Researchers from the UK Medical Research Council Epidemiology Unit at the University of Cambridge conducted the study. It was published the May 2015 issues of Diabetologia.

Previous studies suggest that the consumption of sugar-sweetened beverages is linked to the obesity epidemic in the US. Obesity increases the risk for adverse health conditions such as heart disease and stroke, type 2 diabetes, metabolic syndrome and osteoarthritis.

May 13, 2015

Cranberry Juice May Help Lower Cardiometabolic Risk

Filed under: Food and Nutrition — Emma @ 4:39 pm
Emma McGowan NatureCity author & contributor

Cardiometabolic risk is the risk of cardiovascular disease, diabetes or stroke. A recent study suggests that drinking low-calorie cranberry juice may improve several cardiometabolic risk factors, including blood pressure and triglycerides.

Participants in the study included 56 men and women with a mean age of 50, a mean weight of 175 lbs., and a mean BMI of 28 kg/m2. Over the course of eight weeks they consumed one cup of cranberry juice containing 173 mg of phenolic compounds or a placebo twice daily.

At the conclusion of the study, participants who drank the cranberry juice had lower fasting serum triglyceride levels, 44% lower CRP levels, an average 2.4-mmHg lower diastolic blood pressure, and lower fasting plasma glucose. Improvements in insulin resistance were also noted.

The researchers were particularly impressed with the blood pressure improvements, which they note were on par with recommended dietary patterns to reduce blood pressure. They said this level of reduction has been associated with a 15% lower risk of stroke and a 10% lower risk of coronary heart disease.

Researchers from the Agricultural Research Service at the USDA and Ocean Spray Cranberries conducted the study. It was published online ahead of print on April 22, 2015, in The Journal of Nutrition.

Cranberries have anti-microbial and anti-carcinogenic properties, and are packed with beneficial vitamins, minerals, dietary fiber and antioxidants. They have been shown to provide a lengthy list of health benefits including improved urological health, protection against heart disease, and inflammatory diseases. They also have been linked with lower plaque formation on teeth and improved cholesterol levels.

May 12, 2015

Probiotics May Help Reduce Depressive Feelings

Filed under: Probiotics — Sarah @ 12:29 pm
Sarah McGowan-Freije, NatureCity author & contributor

Depression is usually associated with the brain but other parts of your body may also have an influence on depressive feelings. A recent study suggests that taking a multistrain probiotic may reduce feelings of sadness and lessen the focus on bad feelings experiences from the past.

Participants in the study included 40 healthy subjects without current mood disorder. They were given a sachet containing either multistrain probiotics or a placebo that they mixed with lukewarm water or milk once daily for four weeks. The probiotic sachet contained Bifidobacterium bifidum W37, Bifidobacterium lactis W63, L. case W52, Lactobacilius acidophilus W37, Lactobacillus brevis W63, L. case W56, Lactobacillus salivarius W24, and Lactococcus lactis (W19 and W58).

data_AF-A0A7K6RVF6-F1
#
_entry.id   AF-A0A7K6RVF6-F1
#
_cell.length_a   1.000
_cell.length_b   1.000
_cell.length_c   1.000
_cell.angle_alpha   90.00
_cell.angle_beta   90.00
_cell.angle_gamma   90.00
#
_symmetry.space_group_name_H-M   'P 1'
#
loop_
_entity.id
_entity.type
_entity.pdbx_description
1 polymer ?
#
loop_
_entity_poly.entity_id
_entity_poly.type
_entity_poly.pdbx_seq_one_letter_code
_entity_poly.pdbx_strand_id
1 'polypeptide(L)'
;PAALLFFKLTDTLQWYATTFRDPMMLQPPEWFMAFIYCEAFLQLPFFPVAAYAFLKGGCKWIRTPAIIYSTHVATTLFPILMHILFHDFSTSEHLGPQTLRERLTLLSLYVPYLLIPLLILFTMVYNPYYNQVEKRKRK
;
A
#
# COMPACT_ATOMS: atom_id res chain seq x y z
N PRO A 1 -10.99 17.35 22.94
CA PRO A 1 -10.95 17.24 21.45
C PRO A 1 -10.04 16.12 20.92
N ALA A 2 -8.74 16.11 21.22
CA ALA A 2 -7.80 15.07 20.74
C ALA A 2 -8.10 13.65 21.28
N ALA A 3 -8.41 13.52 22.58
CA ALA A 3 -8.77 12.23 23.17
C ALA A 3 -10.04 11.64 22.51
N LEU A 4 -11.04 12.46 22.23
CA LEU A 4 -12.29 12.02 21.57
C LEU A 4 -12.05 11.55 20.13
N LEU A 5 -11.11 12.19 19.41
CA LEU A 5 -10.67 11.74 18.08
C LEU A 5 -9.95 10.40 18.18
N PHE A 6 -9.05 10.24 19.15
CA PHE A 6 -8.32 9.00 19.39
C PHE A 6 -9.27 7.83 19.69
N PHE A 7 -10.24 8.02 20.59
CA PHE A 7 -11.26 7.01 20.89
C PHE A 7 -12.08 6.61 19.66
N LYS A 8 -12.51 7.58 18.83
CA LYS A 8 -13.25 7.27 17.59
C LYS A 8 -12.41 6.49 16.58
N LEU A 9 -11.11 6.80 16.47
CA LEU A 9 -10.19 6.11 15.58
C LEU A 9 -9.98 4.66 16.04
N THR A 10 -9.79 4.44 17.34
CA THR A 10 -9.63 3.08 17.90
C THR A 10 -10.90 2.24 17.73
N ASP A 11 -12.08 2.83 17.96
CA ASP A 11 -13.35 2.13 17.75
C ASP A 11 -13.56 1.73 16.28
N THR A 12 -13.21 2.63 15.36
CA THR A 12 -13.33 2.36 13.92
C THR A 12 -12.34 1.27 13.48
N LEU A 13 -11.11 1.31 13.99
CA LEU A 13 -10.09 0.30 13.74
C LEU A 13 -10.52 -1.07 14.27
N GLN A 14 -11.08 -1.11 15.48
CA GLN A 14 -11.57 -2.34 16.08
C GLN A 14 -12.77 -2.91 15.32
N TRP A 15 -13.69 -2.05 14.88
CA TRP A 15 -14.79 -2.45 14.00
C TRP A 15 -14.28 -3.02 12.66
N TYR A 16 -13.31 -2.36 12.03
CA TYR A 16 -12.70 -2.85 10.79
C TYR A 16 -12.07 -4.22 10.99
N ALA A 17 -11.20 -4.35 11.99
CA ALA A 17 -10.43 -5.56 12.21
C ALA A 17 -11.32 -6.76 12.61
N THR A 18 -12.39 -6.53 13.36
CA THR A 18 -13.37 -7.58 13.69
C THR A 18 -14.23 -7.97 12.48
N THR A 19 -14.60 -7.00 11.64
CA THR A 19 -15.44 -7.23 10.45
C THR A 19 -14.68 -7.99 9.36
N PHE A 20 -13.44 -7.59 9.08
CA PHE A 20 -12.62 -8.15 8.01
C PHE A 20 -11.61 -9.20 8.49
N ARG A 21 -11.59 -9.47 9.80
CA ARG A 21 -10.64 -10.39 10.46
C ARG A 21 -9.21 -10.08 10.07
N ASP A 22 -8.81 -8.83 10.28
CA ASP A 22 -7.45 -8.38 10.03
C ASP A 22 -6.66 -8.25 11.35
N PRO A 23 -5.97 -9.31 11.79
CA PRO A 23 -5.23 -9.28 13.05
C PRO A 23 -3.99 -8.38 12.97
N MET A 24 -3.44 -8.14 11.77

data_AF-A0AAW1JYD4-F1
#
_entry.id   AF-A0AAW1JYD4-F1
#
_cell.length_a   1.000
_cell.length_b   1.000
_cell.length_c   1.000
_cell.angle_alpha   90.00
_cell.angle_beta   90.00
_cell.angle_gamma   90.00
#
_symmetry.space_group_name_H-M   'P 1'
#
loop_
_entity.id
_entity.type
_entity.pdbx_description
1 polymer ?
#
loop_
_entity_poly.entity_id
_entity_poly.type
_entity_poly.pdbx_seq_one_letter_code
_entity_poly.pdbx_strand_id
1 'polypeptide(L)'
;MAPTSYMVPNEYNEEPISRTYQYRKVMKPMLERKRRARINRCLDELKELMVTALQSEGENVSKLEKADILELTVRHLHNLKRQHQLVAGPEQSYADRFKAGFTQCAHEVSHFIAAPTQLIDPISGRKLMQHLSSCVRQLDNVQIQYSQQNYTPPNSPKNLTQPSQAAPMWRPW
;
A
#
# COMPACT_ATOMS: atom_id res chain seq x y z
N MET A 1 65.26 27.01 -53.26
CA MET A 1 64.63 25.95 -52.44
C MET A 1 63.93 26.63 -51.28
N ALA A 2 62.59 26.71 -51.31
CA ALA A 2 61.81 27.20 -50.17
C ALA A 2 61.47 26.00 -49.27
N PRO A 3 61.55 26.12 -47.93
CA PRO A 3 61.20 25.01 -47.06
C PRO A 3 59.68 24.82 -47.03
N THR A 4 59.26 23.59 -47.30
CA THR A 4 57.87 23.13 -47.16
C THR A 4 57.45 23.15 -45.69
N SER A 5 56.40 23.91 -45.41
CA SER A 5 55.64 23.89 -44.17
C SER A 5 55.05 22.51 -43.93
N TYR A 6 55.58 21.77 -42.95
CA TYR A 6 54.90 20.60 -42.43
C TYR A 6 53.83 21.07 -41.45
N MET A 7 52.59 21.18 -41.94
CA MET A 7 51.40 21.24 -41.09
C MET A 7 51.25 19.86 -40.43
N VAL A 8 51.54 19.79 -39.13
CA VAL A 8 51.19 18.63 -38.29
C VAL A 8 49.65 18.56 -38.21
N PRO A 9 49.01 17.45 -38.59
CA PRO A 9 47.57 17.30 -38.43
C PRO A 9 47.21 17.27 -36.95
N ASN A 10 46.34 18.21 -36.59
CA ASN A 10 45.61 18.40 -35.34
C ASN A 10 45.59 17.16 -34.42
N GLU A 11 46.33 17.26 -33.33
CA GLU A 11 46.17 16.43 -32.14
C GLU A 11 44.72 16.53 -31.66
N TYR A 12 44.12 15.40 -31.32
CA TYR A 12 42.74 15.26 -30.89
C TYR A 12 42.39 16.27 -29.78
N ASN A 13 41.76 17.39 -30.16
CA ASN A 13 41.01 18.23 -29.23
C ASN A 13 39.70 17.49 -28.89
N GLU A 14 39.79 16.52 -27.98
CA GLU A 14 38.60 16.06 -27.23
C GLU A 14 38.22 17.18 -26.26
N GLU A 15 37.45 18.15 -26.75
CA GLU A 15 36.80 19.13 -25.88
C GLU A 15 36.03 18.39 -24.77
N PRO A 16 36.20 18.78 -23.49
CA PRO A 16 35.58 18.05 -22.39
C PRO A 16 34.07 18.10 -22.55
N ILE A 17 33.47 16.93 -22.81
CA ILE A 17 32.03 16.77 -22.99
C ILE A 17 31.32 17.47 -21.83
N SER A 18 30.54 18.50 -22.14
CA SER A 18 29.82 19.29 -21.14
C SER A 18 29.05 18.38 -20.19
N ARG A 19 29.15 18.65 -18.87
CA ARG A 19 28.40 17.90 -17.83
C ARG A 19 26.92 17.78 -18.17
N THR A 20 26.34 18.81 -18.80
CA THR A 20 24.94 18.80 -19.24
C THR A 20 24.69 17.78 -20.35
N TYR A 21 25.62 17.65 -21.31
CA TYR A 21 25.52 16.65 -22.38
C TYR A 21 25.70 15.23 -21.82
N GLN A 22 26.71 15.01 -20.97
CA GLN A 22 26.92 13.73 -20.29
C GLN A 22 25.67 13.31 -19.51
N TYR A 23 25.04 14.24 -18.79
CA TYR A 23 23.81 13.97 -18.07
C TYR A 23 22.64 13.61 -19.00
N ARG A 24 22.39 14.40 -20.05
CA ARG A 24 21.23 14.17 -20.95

The participants filled out a questionnaire indexing sensitivity to depression in a lab at the onset and conclusion of the study. The results showed that the probiotic group had significantly fewer aggressive and ruminative thoughts than the placebo group. They also had lower cognitive reactivity to sad mood. Ruminative thoughts were defined as recurrent thoughts about possible causes and consequences of one’s distress.

Researchers from the Leiden Institute of Brain and Cognition conducted the study. It was published online ahead of print on April 7, 2015, in Brain, Behavior, and Immunity.

While probiotics are most commonly associated with improving digestion and gut health, they have also been shown to have other health benefits These benefits include strengthening the immune system and reducing the risk of chronic disease.

Probiotics can be found naturally in many foods, such as yogurt, milk and sauerkraut. You may also consider taking a high quality supplement but make sure it is packaged to block light, air and moisture, which can easily kill probiotics.

May 11, 2015

High Dietary Intake of Alpha and Beta Carotenes May Lower Risk of Diabetes

Filed under: Flavonoids — Emma @ 7:20 pm
Emma McGowan NatureCity author & contributor

The risk of developing type-2 diabetes is closely linked with diet and exercise. A recent study suggest that high dietary intakes of alpha- and beta- carotene could help reduce the risk of developing type 2 diabetes by as much as 15% and 22%, respectively, in healthy adults.

Participants in the study included 37,846 people who took part in the European Prospective Investigation into Cancer and Nutrition in the Netherlands. In that study group, the mean total carotenoid intake was 10 mg/day. During the 10-year follow up period, the researchers documented 915 new cases of type-2 diabetes.

After examining the data, the researchers found that higher amounts of alpha-carotene were associated with a 15% lower risk of developing type-2 diabetes. Higher amounts of beta-carotene were associated with a 22% lower risk. The study looked only at dietary intake. It did not examine the effect of supplements.

The researchers hypothesized that the beneficial effects were due to the antioxidant functions of carotenoids.

No association was found between any other carotenoids and type-2 diabetes.

Researchers from the University Medical Center Utrecht and the Dutch National Institute for Public Health and the Environment conducted the study. It was published in the April 2015 issue of Nutrition, Metabolism & Cardiovascular Diseases.

Beta-carotene is a type of antioxidant known as a flavonoid. Previous studies have found associations between beta-carotene intake and a lower risk of cardiovascular disease, improved oral health, and a lower risk of lung cancer. It can be found in vegetables and fruits that are green, yellow or orange.

Alpha-carotene is found in green and orange vegetables. It is the most common carotenoid in a healthy diet and has a strong antioxidant effect, fighting free radicals in the body.

Both beta carotene and alpha carotene are converted into vitamin A once they are consumed.